Continuing with our emergency preparedness theme I’ve decided to take a closer look at solar flares, something regarded by many scientists, including those at NASA, as a significant potential threat to satellites and our power grid.
On a sunny September morning in 1859 two English astronomers named Richard Carrington and Richard Hodgson independently witnessed an unusually bright discharge from spots on our sun’s surface. The next morning people around the world awoke to strange colors and auras flashing across the sky. Telegraph machines went haywire, sparking at their operators and starting fires. The magnetized atmosphere allowed the conduction of signals on the worldwide messaging system even after the machines were disconnected from their batteries.
Scientists believe that the 1859 white-light solar flare responsible for these strange events, now popularly known as the “Carrington Event”, was a particularly powerful solar eruption. Not only was it visible to the naked eye (as projected on a screen from lenses) but radioactive isotopes and nitrates measurable in Greenland in 2005 also suggest its magnitude. Similar studies of other geomagnetic storms from arctic ice tell us the solar flare associated with the Carrington Event produced the largest geomagnetic storm in the past 500 years.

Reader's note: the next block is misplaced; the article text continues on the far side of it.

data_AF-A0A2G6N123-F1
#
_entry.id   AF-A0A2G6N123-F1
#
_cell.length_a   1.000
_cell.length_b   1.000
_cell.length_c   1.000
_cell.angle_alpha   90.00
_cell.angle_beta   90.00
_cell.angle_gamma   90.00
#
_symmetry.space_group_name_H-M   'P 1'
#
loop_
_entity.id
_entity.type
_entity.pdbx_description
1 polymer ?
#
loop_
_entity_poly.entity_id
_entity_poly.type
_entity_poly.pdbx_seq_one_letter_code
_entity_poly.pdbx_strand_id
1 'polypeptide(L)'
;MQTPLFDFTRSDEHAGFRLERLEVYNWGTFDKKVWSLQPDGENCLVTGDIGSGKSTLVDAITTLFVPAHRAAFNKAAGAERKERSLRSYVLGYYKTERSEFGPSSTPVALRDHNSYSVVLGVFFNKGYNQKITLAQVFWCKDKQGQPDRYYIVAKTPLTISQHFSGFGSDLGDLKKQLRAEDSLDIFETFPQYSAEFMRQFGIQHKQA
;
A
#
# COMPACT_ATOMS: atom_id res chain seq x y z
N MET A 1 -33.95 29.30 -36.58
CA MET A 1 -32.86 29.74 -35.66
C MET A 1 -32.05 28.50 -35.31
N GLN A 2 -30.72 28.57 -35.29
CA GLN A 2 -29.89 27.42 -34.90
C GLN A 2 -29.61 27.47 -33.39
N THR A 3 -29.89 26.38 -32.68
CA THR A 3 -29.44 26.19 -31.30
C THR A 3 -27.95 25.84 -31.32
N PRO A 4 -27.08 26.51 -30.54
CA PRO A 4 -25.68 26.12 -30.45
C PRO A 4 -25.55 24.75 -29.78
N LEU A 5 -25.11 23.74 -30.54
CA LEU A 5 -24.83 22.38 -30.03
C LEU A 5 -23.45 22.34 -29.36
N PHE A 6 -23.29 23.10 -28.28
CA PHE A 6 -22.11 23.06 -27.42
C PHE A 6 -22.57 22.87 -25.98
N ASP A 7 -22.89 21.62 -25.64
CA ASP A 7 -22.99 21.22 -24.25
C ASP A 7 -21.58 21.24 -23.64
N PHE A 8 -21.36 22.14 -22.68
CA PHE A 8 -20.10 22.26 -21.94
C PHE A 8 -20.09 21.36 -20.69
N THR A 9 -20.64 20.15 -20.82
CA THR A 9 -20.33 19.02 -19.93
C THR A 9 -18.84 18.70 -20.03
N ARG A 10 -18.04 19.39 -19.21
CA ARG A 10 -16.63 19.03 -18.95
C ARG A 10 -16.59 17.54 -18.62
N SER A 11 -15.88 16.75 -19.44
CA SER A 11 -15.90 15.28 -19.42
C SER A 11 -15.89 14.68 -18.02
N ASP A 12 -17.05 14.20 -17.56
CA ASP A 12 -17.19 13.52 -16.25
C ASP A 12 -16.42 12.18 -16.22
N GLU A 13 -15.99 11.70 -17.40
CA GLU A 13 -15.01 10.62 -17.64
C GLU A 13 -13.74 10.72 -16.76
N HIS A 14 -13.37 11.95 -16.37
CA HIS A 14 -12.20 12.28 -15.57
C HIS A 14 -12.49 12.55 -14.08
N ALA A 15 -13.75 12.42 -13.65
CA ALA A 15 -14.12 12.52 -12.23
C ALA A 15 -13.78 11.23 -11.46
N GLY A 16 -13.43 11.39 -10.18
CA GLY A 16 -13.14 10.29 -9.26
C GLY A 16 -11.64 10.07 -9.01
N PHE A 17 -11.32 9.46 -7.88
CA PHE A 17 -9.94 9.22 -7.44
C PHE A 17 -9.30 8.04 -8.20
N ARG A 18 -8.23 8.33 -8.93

Solar flares can create a Coronal Mass Ejection comprised of energized particles and radiation that travels outward into the solar system sometimes striking Earth’s magnetosphere where a geomagnetic storm is produced. Electrical discharges produced in these storms often jump to the electrical grid where they induce DC currents that can destroy electrical lines, transformers, capacitors and generators. The earth’s magnetic shielding is strongest at the equator but decreases the further you get into the northern and southern hemispheres making these areas most vulnerable to damaging induction currents.
Some documented disruptions from high intensity solar flares follow below. The list does not include radio-disruption-only events which are too frequent to list: